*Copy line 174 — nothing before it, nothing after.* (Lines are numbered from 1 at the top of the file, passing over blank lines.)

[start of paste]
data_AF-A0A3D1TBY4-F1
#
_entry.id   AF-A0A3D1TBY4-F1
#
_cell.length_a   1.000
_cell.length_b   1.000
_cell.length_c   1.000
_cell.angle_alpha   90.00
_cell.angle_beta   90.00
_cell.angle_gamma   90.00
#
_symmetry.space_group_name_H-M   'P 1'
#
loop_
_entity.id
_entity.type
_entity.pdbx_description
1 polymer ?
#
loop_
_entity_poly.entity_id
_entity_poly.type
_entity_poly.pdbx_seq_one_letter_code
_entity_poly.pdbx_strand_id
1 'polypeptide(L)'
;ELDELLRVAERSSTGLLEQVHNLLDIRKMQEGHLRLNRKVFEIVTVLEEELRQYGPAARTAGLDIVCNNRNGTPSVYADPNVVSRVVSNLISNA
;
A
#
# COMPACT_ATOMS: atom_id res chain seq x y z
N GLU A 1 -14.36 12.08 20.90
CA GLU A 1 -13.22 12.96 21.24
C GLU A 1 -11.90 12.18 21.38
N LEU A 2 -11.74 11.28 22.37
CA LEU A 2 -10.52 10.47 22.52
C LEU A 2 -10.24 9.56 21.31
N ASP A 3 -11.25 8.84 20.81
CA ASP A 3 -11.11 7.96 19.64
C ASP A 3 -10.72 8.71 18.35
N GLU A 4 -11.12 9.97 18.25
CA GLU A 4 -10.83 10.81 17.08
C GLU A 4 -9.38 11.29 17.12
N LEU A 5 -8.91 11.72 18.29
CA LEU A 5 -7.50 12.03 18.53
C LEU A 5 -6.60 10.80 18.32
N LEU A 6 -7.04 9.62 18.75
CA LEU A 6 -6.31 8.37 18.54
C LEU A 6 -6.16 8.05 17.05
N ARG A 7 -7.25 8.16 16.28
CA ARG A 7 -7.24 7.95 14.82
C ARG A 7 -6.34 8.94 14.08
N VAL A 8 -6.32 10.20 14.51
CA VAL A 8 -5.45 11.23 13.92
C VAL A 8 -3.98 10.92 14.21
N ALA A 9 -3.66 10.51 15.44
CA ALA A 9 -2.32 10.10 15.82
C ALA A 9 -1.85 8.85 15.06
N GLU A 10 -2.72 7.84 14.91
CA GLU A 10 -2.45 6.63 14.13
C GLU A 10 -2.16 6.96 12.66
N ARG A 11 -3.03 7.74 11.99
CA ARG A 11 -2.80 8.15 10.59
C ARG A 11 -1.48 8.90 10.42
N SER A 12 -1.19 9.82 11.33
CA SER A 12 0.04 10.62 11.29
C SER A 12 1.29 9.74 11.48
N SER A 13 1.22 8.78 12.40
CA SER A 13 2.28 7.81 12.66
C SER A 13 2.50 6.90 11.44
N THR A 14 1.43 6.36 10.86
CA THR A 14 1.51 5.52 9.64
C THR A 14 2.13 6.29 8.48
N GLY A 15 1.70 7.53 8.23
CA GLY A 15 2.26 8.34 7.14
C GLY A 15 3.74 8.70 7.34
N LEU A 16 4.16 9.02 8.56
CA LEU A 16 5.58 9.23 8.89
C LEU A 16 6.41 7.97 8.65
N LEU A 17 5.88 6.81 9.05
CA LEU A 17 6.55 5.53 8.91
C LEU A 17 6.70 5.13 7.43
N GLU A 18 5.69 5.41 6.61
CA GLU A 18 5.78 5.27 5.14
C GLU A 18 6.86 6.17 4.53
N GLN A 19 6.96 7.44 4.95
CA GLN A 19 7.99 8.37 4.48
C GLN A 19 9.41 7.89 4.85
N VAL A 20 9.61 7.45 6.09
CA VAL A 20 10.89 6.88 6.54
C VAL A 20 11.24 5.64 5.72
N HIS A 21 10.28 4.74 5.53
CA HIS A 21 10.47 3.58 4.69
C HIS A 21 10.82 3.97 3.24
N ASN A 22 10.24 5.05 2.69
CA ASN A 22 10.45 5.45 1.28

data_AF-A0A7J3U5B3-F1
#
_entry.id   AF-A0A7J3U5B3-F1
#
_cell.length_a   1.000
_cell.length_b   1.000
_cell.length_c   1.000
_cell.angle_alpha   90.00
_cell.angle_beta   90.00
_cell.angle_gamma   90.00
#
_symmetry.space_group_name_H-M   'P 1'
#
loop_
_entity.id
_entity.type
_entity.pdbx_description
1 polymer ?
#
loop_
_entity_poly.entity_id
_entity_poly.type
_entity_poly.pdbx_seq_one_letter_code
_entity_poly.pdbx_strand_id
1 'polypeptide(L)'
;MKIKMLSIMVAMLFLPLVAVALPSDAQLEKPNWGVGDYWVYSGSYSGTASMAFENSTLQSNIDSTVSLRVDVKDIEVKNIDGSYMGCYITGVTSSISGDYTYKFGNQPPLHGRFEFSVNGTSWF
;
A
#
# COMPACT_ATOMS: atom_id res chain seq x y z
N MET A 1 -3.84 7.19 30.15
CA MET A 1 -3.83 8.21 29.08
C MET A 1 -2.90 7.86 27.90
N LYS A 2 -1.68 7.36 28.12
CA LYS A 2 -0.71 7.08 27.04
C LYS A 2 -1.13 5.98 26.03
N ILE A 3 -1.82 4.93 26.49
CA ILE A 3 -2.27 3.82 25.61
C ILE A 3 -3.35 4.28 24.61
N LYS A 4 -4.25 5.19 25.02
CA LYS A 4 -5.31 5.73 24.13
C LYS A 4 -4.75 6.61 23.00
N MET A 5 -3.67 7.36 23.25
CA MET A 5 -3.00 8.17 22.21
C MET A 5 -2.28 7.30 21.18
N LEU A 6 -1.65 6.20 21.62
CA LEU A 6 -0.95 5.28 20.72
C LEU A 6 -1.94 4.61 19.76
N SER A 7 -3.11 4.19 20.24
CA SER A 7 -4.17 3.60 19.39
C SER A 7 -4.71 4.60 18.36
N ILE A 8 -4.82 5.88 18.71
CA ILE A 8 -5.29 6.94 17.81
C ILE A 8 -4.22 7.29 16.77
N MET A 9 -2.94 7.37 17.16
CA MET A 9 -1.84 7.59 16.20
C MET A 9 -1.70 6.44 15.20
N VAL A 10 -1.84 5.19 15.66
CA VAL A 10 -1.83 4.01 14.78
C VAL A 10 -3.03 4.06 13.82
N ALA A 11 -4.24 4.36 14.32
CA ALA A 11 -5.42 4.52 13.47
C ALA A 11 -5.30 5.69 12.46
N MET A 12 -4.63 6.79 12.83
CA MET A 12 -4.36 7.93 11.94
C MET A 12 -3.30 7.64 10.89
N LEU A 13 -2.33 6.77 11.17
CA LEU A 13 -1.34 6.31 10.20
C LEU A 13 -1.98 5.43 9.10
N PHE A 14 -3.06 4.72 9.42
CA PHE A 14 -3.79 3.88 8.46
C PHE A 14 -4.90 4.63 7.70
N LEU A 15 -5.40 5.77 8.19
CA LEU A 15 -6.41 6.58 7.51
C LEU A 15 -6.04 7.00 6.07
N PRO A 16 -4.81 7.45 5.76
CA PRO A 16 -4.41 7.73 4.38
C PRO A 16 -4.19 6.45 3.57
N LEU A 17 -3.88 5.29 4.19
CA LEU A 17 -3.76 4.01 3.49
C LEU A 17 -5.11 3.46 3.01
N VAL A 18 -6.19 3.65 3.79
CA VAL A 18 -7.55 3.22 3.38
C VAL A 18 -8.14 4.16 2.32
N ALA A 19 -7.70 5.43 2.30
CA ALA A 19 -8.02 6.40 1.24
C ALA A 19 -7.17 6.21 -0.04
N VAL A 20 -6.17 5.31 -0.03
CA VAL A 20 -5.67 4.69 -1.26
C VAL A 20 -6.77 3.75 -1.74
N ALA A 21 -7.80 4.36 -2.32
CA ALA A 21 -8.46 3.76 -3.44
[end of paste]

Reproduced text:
N LEU A 17 -3.88 5.29 4.19